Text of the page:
A senior source in Jerusalem said that in return for renewed diplomatic relations, the Qataris demanded that they be allowed to carry out a series of reconstruction projects in the Gaza Strip and to import the necessary construction materials. Prime Minister Benjamin Netanyahu and Foreign Minister Avigdor Lieberman were unwilling to agree to this, he said.Ah. There were ties attached, and the decision was the result of a pro-vs-cons deliberation. That's a slightly different story, isn't it.
In return, Qatar sought to assume responsibility for rebuilding Gaza. It also asked Israel to make a public statement expressing appreciation for the emirate's role and acknowledging its standing in the Middle East.
Deliberations were held at the Foreign Ministry and the Prime Minister's Office, and a fierce argument erupted between those who supported resuming ties, even at the cost of granting Qatar a role in Gaza, and those who argued that the Qataris had opted for an alliance with Iran and Hamas, so there was "no reason to give them gifts."
In the end, a senior Israeli official said, the issue was removed from the agenda due to American opposition.
Wait a minute! Run that by me again, please?
In the end, a senior Israeli official said, the issue was removed from the agenda due to American opposition.The Americans were against. Makes you wish Haaretz had given a bit more of the story, doesn't it. Alas, no such luck.
However, the Qataris continued their covert contacts with Israel, and two months ago, they made another, similar offer. But Lieberman and Netanyahu decided to reject this offer as well.
A senior Israeli official familiar with the details of the discussions said that Netanyahu was actually initially inclined to accept the offer, as were both Lieberman and National Security Adviser Uzi Arad.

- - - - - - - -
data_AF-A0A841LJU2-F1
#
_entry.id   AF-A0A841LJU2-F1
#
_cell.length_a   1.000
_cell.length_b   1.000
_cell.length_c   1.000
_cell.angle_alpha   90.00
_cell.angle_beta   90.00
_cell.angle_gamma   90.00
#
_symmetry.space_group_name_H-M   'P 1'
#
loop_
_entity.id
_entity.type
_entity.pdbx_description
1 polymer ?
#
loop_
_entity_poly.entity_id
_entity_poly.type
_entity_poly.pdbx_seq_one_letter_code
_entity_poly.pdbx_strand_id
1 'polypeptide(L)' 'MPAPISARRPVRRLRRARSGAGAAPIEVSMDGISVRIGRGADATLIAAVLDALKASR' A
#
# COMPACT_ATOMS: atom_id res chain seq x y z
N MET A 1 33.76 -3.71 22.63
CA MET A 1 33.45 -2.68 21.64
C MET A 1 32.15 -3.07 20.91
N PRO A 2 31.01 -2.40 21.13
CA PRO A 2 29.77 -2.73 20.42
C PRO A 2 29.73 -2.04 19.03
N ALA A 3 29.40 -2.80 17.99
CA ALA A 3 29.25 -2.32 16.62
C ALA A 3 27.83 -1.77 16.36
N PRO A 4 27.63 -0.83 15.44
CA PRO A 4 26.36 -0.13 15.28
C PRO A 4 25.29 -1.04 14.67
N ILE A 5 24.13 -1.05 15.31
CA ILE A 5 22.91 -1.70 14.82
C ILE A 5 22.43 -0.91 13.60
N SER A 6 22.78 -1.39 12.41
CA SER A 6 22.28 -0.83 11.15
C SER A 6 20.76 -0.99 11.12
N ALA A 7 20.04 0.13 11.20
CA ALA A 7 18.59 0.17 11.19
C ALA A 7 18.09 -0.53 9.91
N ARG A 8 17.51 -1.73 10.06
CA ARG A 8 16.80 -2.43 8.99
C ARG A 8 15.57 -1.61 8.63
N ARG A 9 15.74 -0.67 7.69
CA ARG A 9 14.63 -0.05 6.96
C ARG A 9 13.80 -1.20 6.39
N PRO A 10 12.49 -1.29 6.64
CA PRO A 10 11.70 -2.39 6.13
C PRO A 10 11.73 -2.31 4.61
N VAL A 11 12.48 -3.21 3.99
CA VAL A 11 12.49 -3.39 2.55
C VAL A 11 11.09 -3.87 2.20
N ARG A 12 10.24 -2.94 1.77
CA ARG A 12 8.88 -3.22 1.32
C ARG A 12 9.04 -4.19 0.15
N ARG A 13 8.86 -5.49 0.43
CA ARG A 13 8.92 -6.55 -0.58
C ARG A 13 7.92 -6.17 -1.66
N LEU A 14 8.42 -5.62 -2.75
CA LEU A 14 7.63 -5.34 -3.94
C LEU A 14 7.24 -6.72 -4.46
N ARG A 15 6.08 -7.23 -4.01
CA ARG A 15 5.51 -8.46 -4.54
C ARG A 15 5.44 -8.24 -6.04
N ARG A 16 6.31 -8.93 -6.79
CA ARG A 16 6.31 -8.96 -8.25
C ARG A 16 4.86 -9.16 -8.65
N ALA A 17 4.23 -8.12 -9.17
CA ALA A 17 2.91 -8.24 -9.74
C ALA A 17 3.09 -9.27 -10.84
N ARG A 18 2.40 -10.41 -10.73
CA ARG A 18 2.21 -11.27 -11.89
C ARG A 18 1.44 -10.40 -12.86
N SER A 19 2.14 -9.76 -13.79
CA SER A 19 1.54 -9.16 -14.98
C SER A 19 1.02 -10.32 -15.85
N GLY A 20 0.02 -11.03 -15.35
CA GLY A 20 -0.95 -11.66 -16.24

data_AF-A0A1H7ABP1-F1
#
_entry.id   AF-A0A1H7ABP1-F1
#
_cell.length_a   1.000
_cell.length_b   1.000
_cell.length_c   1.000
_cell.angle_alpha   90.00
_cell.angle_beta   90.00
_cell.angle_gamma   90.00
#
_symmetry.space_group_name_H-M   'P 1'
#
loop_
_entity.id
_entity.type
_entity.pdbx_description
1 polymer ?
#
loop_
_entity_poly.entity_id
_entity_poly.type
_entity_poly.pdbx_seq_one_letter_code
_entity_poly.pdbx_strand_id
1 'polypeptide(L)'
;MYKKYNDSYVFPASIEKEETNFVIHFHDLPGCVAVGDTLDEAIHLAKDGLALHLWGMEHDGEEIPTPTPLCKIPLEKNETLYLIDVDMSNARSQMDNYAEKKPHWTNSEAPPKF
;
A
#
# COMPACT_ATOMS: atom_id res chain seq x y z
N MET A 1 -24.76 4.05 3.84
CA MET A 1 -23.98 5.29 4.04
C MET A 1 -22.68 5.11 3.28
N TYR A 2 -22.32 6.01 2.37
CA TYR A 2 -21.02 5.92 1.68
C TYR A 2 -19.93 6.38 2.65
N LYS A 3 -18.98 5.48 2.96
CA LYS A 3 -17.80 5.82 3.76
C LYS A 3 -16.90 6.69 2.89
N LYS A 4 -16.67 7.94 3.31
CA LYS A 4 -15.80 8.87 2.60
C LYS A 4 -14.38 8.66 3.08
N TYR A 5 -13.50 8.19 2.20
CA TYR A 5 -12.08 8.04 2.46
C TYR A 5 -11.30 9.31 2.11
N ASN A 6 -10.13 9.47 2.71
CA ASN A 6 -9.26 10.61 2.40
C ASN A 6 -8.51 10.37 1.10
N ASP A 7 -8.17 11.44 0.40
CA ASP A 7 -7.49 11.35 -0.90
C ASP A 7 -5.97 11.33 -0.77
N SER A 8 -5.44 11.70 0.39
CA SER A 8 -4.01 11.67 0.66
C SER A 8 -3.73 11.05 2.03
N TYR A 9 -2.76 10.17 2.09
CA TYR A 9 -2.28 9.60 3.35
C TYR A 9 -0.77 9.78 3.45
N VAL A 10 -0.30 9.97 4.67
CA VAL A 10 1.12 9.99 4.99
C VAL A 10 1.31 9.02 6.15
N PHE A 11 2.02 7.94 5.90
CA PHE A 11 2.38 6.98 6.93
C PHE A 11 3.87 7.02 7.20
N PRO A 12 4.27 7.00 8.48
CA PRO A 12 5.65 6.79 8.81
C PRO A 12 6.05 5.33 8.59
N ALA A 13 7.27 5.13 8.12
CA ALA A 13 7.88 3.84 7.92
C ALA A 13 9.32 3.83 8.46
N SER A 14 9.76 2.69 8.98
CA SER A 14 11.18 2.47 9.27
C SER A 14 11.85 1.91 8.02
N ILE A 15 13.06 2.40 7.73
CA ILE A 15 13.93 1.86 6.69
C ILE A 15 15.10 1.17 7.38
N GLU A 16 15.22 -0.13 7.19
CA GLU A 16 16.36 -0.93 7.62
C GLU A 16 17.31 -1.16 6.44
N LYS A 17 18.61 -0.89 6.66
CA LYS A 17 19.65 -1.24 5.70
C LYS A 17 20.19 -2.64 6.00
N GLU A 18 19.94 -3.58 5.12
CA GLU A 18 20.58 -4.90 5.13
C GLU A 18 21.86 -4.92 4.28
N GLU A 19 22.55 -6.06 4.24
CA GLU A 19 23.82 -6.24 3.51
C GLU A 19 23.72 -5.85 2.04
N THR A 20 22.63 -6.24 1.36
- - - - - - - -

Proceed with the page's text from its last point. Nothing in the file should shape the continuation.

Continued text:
However, the official said, they ultimately rejected it, because the Qataris conditioned the resumption of diplomatic ties on an Israeli agreement to allow large quantities of cement and construction material into the Gaza Strip. The amount stipulated by Qatar was much greater than Israel was willing to approve, he said.
"Allowing such massive amounts of construction material into the Strip, of the sort that Hamas uses to build bunkers and reinforced positions for missile launches against Israel, runs counter to Israel's security interests," he explained.
Exactly as the headline indicated, isn't it.
I would gladly cancel my subscription to Haaretz, but we already have, back when the Anat Kamm-Uri Blau story happened. (Blau is still in London, by the way).
Instead, I am hereby launching the Seriously Idiotic Laughable Lies, Yes (SILLY) Awards. In order to compete, all you need to do is send a link to some news item, along with a malicious caption that is mostly unrelated to the content. I'll post all reasonably Orwellian submissions.